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The aged patient in Early Modern England: perceptions and experiences of health and medicine in old age, c.1570-1730

Bolissian, A. (2022) The aged patient in Early Modern England: perceptions and experiences of health and medicine in old age, c.1570-1730. PhD thesis, University of Reading

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To link to this item DOI: 10.48683/1926.00114729


This thesis investigates medical understandings of old age, and the impact of illness and infirmity on the lives of older people, and their caregivers in England, c.1570-1730. During this period, approximately twenty percent of adults were aged over sixty, and yet the health of this demographic has attracted little attention; perhaps due to assumptions that older people and their families were resigned to their ‘decays’. Through an analysis of a wide variety of sources, this study challenges this idea, and in-sodoing sheds fresh light on early modern ageing. It shows that old age was intimately tied to illness: people considered themselves ‘old’ as ailments and weaknesses accrued. There existed a deeply pessimistic understanding of the archetypal ‘aged patient’ in medical literature: ‘old’ bodies were depicted as cold, dry, and clogged, debilitated by diseases and sensory impairments, and unable to withstand strong curative remedies. However, evidence from life-writings and casebooks reveals that older people themselves frequently contested this bleak paradigm. They felt part of an aged health cohort, but this could provide comfort through companionship, and favourable comparisons of their own health against other ‘old folk’. While they undeniably felt burdened by accumulating infirmities, they also sought cures, and hoped for recovery. The experiences of older patients and their caregivers were thus multi-layered and often paradoxical: infirmity brought grief and pain, but also spiritual hopes, thankfulness, and social intimacy. This research highlights the importance of under-explored characteristics of ageing, including humoral wetness, depleted spirits, and poor ‘concoction’, and examines older people’s relationships with their chronic diseases. It also demonstrates, for the first time, the role of age in conceptions of cure and recovery, and challenges the historiographical notion that women became ‘manly’ after menopause. This study thereby contributes to a variety of historiographical fields, including emotions, religion, bodies, disability, and gender.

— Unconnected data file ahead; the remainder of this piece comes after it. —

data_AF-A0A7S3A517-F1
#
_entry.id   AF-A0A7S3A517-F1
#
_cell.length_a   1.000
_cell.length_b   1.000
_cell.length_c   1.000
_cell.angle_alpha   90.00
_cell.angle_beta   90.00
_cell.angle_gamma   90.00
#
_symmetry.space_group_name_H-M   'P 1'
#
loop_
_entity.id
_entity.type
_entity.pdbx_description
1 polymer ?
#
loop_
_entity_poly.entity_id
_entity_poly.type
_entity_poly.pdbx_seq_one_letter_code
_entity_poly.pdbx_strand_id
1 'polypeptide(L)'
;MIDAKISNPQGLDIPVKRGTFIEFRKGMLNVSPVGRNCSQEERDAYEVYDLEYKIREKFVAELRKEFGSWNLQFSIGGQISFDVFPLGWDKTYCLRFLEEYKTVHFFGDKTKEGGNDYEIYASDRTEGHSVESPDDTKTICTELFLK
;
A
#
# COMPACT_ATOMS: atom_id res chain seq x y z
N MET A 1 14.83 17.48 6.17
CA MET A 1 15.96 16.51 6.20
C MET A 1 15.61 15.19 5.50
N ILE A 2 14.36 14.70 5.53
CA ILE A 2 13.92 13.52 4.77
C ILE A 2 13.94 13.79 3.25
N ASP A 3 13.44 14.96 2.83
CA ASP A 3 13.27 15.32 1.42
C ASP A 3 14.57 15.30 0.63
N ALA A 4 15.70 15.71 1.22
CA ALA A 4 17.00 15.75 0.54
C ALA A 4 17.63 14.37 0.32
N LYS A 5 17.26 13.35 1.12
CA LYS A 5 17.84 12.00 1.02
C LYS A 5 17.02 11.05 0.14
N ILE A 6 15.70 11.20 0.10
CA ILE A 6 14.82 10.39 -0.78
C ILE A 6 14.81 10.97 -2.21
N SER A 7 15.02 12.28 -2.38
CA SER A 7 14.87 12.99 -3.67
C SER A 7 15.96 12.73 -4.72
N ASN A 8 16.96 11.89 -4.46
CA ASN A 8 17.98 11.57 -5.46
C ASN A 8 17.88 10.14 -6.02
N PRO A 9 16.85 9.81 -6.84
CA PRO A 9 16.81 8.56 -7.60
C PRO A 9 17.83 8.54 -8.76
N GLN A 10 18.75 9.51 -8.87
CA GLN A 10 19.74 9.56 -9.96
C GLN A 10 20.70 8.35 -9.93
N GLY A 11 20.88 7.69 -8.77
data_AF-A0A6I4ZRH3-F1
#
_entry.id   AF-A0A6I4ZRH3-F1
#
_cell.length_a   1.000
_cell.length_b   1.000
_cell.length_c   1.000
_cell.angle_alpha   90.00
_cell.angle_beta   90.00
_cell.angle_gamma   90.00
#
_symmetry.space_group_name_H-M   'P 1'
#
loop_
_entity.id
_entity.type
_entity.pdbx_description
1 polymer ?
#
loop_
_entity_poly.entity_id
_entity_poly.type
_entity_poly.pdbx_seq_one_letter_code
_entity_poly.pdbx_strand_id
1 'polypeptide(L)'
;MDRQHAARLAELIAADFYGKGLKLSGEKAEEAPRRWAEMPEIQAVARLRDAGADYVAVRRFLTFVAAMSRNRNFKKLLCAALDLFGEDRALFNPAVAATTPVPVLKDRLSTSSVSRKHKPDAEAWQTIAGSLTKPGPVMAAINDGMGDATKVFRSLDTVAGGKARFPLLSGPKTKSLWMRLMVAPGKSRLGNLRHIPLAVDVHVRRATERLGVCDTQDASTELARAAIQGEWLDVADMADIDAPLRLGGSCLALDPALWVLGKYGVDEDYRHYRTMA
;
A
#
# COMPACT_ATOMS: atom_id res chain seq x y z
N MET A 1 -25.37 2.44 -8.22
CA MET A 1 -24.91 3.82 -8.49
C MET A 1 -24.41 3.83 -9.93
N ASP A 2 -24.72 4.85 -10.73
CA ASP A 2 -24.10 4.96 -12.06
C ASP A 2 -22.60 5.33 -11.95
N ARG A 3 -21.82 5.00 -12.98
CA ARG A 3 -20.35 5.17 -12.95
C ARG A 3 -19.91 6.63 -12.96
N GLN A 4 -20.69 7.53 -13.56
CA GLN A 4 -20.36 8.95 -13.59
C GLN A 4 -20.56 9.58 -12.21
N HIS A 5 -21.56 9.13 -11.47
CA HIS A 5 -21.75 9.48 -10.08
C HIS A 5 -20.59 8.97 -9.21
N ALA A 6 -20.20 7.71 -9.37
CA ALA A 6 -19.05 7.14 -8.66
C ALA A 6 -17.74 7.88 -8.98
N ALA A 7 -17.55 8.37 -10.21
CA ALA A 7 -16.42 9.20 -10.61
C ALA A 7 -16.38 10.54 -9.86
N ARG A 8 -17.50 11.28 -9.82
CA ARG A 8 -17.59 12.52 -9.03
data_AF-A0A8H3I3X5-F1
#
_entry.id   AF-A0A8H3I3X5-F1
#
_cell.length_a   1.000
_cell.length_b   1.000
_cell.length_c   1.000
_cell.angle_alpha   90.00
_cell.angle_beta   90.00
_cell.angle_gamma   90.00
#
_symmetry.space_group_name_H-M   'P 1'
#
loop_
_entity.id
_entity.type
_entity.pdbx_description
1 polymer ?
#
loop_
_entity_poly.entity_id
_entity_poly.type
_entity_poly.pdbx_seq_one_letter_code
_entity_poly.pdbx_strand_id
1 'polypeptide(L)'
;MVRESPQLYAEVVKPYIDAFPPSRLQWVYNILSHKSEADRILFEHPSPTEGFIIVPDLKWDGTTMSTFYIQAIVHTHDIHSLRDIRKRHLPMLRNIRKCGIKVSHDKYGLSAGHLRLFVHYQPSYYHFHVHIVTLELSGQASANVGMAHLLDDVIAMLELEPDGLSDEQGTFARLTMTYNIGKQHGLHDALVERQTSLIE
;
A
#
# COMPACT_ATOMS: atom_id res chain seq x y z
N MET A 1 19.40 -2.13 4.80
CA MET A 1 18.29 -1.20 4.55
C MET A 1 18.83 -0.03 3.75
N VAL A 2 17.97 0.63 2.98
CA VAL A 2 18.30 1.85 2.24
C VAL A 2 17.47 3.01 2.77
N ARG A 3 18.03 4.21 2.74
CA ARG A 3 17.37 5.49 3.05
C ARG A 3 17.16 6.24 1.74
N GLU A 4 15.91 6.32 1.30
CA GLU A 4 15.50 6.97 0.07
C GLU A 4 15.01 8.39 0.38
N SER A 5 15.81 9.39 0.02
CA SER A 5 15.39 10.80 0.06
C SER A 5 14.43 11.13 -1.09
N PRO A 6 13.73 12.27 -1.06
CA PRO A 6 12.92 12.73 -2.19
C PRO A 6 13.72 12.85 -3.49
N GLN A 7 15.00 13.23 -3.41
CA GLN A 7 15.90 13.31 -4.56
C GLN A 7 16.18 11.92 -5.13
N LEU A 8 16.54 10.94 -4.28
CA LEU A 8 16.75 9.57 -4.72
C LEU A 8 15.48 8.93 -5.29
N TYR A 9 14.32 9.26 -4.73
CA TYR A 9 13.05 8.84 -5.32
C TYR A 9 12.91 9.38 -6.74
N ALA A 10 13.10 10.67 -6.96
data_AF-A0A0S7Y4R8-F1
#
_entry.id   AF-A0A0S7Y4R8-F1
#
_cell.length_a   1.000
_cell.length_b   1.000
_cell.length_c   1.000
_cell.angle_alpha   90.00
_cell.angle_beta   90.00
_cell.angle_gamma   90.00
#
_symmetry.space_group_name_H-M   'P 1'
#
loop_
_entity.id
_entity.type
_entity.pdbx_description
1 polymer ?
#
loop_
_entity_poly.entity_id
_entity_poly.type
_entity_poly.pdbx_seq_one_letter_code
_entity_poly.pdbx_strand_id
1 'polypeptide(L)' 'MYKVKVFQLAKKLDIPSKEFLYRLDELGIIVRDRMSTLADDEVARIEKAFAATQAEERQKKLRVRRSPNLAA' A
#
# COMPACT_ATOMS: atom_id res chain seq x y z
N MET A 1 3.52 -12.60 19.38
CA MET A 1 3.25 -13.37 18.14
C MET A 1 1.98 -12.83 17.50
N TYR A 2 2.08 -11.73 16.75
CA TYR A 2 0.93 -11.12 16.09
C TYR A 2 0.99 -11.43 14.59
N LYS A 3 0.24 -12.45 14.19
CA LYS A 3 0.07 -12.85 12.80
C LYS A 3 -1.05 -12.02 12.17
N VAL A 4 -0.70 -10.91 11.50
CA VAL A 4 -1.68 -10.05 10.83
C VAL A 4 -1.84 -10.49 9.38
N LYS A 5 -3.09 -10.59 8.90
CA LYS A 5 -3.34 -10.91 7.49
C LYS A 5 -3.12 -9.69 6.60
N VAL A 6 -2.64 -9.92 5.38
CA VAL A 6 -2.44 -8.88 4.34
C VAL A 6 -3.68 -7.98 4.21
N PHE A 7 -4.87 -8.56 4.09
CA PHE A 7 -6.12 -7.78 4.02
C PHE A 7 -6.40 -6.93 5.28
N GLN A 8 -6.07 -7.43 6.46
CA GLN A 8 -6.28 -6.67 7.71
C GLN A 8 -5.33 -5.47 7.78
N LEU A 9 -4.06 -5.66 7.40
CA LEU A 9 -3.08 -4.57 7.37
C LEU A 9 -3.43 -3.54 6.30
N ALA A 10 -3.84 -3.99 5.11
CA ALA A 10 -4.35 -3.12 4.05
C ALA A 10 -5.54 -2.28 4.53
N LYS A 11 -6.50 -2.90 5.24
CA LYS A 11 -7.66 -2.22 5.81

Item Type:Thesis (PhD)
Thesis Supervisor:Newton, H. and Parish, H.
Thesis/Report Department:School of Humanities
Identification Number/DOI:
Divisions:Arts, Humanities and Social Science > School of Humanities > History
ID Code:114729

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